The same sort of sentiment applies to Arkansas’s utilization of available technology in government. In fact, it might even be more applicable in that realm; a state with just under 3,000,000 people, over 1/3 of which live in the Little Rock metro area, should have an easier time implementing state-wide changes to procedures, which includes state-wide implementation of technological advancements. Besides, it’s not like Bryant was saying that the Arkansas Land Commissioner’s office needs to implement biometric retinal scanning or mitochondrial DNA analysis. Rather, he argued and continues to argue for measures like putting property listings on the commission’s website with a GIS mapping interface so that people can find properties with unfamiliar addresses. Smaller state, fewer people, centralized office — why in the world wouldn’t this plan work? More importantly, why in the world would anyone, even a Luddite like Monty Davenport, think that this was a bad idea or that we should hold off until we see if it works elsewhere?
For the record, the third Democrat primary candidate, Mike Berg a/k/a the Guy With The Red Sign, has suggested some technological changes if he is elected. However, given the design of his website (which you can’t even easily locate through a web search engine), I don’t know how technologically savvy he really is. Plus, according to the few people outside Little Rock that I have asked, almost no one has seen Berg at public events, so I cannot imagine that he really has a chance on May 18.
My point to all of this is two-fold. First, L.J. Bryant “gets it”, and I smell a strong BHR endorsement forthcoming for him. Second, however, I am beginning to wonder if this aversion to technology in endemic in the old-guard candidates. If so, then it is a bigger problem than I thought. Technology and the economies that most efficiently and effectively implement it grow exponentially, which means that economies that fail to adapt get left behind at that same exponential rate, and supporting pro-technology, forward-thinking candidates becomes an imperative if Arkansans are going to better our collective selves.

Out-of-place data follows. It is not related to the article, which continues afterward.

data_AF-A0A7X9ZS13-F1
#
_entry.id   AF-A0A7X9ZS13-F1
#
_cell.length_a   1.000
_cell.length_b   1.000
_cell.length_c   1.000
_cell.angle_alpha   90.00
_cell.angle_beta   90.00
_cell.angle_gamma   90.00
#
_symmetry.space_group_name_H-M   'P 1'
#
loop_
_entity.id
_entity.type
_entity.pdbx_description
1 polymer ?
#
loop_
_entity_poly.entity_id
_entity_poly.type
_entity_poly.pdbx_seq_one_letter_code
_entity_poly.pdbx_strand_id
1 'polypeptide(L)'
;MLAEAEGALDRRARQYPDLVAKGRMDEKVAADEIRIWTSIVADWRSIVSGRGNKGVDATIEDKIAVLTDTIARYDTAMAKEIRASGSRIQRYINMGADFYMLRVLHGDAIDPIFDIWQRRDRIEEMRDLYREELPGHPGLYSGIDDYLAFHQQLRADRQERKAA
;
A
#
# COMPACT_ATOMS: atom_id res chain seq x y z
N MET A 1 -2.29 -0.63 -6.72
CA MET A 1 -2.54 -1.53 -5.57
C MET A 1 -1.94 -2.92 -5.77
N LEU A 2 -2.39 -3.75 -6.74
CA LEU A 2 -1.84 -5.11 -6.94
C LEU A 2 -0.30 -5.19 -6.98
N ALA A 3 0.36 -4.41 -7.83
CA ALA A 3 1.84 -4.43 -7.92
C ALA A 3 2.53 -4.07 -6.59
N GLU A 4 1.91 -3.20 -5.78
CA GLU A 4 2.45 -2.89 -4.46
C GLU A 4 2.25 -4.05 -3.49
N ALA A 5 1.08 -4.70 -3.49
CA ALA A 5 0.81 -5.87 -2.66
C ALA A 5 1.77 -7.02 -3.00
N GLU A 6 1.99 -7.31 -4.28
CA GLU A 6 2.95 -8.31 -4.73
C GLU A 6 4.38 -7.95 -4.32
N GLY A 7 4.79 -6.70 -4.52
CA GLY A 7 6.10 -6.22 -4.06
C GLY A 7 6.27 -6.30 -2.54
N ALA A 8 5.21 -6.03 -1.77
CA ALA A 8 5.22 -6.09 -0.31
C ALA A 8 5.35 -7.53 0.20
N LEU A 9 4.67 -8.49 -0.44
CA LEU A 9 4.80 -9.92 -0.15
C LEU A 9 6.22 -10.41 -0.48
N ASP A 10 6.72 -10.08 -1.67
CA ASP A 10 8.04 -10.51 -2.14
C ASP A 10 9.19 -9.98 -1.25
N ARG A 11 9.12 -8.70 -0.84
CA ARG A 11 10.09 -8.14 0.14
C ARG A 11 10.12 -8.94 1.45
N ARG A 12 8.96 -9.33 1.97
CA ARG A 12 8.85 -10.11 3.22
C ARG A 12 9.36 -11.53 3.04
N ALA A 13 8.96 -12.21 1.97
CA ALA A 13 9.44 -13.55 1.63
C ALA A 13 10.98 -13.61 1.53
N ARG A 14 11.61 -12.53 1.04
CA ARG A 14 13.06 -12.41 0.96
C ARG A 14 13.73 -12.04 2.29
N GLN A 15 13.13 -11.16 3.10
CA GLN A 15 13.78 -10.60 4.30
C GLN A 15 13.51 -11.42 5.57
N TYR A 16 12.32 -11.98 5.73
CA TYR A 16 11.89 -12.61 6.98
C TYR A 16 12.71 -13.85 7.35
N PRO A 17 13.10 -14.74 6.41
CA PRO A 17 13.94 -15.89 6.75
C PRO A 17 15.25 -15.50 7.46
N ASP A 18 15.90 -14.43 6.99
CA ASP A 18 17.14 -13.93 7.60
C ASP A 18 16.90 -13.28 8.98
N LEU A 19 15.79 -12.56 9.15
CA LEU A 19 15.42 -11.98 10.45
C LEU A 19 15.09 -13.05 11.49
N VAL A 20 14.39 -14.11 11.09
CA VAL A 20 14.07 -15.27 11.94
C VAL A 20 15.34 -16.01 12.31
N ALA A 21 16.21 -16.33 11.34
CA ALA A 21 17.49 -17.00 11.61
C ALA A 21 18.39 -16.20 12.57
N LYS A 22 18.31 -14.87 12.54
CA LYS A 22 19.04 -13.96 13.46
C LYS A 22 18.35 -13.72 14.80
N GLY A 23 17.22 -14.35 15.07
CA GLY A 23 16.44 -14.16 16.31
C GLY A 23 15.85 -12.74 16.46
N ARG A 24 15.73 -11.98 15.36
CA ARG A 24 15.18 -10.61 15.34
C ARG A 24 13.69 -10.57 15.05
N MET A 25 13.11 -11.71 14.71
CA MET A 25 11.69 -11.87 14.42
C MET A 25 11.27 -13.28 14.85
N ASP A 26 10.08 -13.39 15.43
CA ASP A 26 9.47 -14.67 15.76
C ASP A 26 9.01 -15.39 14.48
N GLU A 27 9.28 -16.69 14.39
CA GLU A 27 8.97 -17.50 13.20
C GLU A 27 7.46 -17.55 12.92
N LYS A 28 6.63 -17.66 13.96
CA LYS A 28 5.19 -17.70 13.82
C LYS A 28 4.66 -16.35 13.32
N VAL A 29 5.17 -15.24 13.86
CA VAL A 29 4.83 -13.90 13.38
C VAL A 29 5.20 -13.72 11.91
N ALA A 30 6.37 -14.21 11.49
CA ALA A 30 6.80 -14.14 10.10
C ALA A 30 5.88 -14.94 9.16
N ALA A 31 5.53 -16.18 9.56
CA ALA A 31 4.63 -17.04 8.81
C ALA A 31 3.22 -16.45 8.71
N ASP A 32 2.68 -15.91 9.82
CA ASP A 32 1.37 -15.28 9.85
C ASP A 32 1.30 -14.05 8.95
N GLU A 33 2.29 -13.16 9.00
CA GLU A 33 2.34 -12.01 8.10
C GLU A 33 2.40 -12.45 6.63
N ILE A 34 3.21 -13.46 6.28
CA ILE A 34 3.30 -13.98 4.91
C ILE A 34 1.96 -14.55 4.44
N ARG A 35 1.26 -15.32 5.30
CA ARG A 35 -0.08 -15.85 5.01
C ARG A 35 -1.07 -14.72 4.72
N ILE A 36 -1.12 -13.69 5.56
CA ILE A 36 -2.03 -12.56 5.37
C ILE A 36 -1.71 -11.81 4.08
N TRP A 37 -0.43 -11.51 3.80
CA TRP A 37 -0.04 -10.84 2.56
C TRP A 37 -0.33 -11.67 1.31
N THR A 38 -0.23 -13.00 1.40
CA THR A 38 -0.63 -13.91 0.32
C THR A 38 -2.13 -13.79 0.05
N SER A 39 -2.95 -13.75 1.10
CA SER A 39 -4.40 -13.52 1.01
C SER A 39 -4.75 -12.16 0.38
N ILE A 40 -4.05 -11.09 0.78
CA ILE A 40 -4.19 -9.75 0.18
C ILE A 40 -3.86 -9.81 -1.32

Update: Regarding greedymontydavenport.com, I emailed the address given on the site asking for a little more information on the group. About five minutes after this post, I received a reply:
I’m Guy Fawkes and we’re a group of frequent voters who are sick and tired of greedy politicians like Davenport. We want someone who isn’t going to just take our tax dollars and run. We want officials who are responsible and don’t see their offices as a way to make a buck or get perks on our dime. We’re just private citizens who want their opinion to be known.
While I am reasonably sure that this fellow (?) isn’t really a 16th century Englishman plotting to blow up the Houses of Parliament, I think the whole “just private citizens” is on the up-and-up based on a little extra digging that I did. If so, I actually kind of admire the effort.